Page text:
Back in the Saddle
Heidi Cascarano’s diagnosis of polycythemia vera in 2008, at 40 years old, coincided with the week she lost her health insurance. At the time Heidi was considered a watch and wait category, but for the next four years felt terrible. She eventually did her own research and read about the signs of progression, even though her doctors told her everything was fine. Yet Heidi couldn’t ignore the fact that things were changing, for the worse. She was increasingly out of breath, appeared to have muscle wasting, and noticed an ever-growing spleen. Heidi wanted a bone marrow biopsy and was told she didn’t need one. She also wanted to know if Pegasys was an option as well, but was told insurance wouldn’t cover it, and the side effects would be worse than her symptoms. By 2012 Heidi decided to meet with an MPN specialist and learned that her gut feeling was correct, something more was going on, she was progressing to Myelofibrosis, rather quickly, in fact.
Today Heidi will tell anyone who will listen, “Get yourself to a real MPN expert. Someone on the cutting edge of research at a major hospital. They can work with your local doctor to guide your treatment decisions. They are also much more capable in processing appeals when your request for a special medication gets denied, as it almost always does.”
It wasn’t long after Heidi progressed to MF that something else was happening too. By 2017 Heidi had another rare mutation that indicated Myelodysplastic Syndrome and knew she would need a stem cell transplant before long. At the end of 2018, Heidi requested a third bone marrow biopsy and it was discovered she had a third chromosomal mutation and would need a stem cell transplant. Heidi was fortunate that her brother Carl was a 7/10 match for her, and at 50 years old she underwent a haploidentical transplant, roughly ten years after her diagnosis of Polycythemia Vera.
Life post-transplant has had its share of challenges, but Heidi was extremely grateful that four weeks post-transplant she had 100% engraftment and complications she could handle. (Heidi suffers from mild GVHD, the worst of it in her eyes.) “I give some credit to the fact that my bone marrow was more healthy than it had been six years before. I was 50 and in good shape from having had a house cleaning business the previous seven years” she says.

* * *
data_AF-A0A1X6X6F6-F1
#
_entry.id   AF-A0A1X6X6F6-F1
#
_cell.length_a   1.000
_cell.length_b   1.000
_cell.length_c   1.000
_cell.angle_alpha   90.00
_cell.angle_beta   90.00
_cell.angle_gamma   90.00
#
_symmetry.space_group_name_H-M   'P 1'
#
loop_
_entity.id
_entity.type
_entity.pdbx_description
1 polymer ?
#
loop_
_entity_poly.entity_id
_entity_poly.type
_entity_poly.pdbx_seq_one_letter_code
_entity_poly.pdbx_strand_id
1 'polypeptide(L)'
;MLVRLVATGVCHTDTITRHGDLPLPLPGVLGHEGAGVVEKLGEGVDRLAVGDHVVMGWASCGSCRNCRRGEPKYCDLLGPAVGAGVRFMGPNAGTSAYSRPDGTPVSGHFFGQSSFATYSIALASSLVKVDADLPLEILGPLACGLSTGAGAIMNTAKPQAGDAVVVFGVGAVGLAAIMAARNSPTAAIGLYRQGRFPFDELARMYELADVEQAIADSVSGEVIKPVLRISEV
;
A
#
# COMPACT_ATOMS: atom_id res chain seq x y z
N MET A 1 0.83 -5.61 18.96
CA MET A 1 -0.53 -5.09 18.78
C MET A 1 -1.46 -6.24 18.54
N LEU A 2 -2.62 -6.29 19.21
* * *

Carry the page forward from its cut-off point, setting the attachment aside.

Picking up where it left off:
While Heidi is still on immunosuppressants and preventative drugs and is cautious about germ exposure, she considers herself very blessed. “I was extremely fortunate to not need much help after my transplant. My husband only had to take off a week from work, though he did become quite skilled at flushing my PICC line and giving me infusions for the first few months at home” she says.
Heidi also credits her faith as a major factor in her recovery. “I leaned on God tremendously through the very painful four weeks in the hospital and emotionally difficult first six weeks at home.”
Today Heidi isn’t letting her limitations stop her from living the life she wants to. While cancer took the spotlight for the past decade, Heidi has many passions she is rediscovering: photography, writing, hiking, jewelry designing, playing tennis and perhaps most impressively Heidi is back in the saddle, literally. Heidi is enjoying horseback riding after a fifteen-year hiatus from the sport, is learning to jump post-transplant, and has recently competed in a show. As a precaution, she wears a mask in the barn and arena, but it having fun doing what she loves. “I experience more joy since my transplant, and have a second chance that many others don’t get. I’ve worked hard on my recovery and gained back my strength. In many respects, I feel better than I have in years. It’s a life-changing, but also a life-giving procedure, so I feel very blessed.”